White gloves are traditionally worn at white-tie occasions, but are no longer essential. If you do want to go all-out, wear them with a strapless or sleeveless dress, as white-tie gloves typically cover the whole forearm.
This is the next rung down in the formality stakes. Cocktail or semi-formal attire can allow for more silhouettes and colours, so wear that velvet suit or silk midi-dress you’ve been saving for the right occasion, but don’t go too OTT unless you really want to stand out. Play it safe with the quintessential little black dress – you can’t go wrong – and add heels and statement jewellery to complete the look.
Remember, cocktail and semi-formal attire is less about what to wear and more about an attitude. A shorter hemline is the perfect opportunity to show off great legs and a statement shoe. As for those cocktail receptions that call for more glamour, Alex Perry’s ‘Hunter’ dress is the one. Saturated in sparkling sequins that reflect light like liquid silver, this crepe midi dress is a showstopper.
The kind of dress code you’ll see on invitations for networking mixers and conferences, you should dress as someone might for a client-facing job or an interview. Of course, there is plenty of variation within this category. It might mean a suit, a knee-length skirt and silk shirt, or a sheath dress, normally in darker tones – think of any of the cast from the TV show, Suits. For more formal settings, you can opt for brighter colours, but just keep in mind that your clothes should not be the focus of attention. Any outfit that makes you question if it’s a bad idea or not as you leave the house probably is. Definitely avoid jeans, sneakers and anything too revealing.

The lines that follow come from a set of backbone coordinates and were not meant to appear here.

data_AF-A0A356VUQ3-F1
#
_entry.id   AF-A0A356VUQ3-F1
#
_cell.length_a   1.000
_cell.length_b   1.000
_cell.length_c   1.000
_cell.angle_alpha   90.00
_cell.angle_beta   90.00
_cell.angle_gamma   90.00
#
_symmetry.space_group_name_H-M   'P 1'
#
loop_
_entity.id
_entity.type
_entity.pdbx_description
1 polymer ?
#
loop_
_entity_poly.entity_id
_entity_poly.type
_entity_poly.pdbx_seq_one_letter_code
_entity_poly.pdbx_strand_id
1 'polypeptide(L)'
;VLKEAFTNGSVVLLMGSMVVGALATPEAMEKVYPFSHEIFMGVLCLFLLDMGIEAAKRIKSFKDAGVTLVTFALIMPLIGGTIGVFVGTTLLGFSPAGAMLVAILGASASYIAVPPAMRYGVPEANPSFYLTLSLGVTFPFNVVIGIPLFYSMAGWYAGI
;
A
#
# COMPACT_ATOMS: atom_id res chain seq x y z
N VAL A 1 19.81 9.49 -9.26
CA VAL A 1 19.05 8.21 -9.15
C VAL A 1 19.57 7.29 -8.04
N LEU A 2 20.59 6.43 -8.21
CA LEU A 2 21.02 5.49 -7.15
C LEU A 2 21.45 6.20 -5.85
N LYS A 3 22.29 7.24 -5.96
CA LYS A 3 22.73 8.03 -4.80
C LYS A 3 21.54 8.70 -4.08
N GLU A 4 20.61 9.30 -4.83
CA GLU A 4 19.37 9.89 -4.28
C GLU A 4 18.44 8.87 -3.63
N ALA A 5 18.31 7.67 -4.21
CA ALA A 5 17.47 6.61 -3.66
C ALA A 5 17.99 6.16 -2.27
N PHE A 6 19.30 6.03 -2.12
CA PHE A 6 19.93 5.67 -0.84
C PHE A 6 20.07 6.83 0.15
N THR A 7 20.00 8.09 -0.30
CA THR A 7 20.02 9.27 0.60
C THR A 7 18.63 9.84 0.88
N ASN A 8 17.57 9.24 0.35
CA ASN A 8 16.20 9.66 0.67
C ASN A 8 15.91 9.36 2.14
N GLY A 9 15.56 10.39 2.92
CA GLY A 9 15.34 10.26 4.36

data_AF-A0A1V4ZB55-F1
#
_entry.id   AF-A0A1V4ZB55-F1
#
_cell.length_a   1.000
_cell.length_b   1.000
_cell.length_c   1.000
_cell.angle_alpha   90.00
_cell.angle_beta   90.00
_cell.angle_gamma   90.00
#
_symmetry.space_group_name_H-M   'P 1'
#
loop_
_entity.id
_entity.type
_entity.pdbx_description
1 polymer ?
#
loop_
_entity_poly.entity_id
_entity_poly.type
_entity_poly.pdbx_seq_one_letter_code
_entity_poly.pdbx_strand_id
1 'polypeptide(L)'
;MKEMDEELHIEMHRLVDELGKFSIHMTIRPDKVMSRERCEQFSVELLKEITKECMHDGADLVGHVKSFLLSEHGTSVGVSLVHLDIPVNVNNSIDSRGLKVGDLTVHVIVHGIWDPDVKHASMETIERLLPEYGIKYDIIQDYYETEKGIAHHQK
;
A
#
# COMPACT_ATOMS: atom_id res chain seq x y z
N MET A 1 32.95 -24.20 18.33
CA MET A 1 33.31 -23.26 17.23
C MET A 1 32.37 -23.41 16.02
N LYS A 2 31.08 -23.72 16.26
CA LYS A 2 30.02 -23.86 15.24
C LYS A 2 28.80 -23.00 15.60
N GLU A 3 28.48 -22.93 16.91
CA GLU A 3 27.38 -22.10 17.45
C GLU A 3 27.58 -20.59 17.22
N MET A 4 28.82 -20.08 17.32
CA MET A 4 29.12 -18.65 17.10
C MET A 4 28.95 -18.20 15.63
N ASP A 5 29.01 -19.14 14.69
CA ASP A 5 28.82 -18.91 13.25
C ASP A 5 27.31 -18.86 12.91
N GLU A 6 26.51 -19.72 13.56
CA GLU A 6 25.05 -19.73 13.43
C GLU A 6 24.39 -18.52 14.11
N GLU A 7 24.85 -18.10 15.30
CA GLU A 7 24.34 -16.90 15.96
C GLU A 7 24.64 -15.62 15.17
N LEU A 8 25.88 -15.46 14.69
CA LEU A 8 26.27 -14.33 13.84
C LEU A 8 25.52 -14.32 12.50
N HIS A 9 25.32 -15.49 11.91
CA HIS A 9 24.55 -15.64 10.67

An oxymoron in itself, this dress code might be the most annoying of all as it always leaves a guest questioning exactly how smart or casual you should be. The answer is: smart, but not too smart. Leave your sequins and stilettos at home. It’s fine to come straight from work, and you can even wear jeans or flat shoes, as long as they’re balanced out with smarter elements, like a pair of chandelier earrings or a silk top under a fitted blazer.
This dress code has more of a laid-back tone, often applying to professional settings, networking lunches, or parties at someone’s home. A long gown would be too much, so reach for shorter dresses or separates. Add a little flair with some of your favourite accessories, like a pair of classic pumps, elegant flats, or simple sandals, as these work well with almost any smart casual look.
Come As You Are
If you’re perplexed by this dress code, you’re not alone as it’s perhaps the most confusing one of all. The definition for ‘come as you are’ is casual but not too casual. Don’t show up in your active wear, or shorts and thongs, but rather in a put-together, casual and cool look. A failsafe look is an easy cotton dress with simple sandals, or khaki pants and a linen shirt.
At the end of the day, when it comes to various dress codes, confidence is the best accessory. If you feel great, you will look great, so wear whatever makes you feel your best.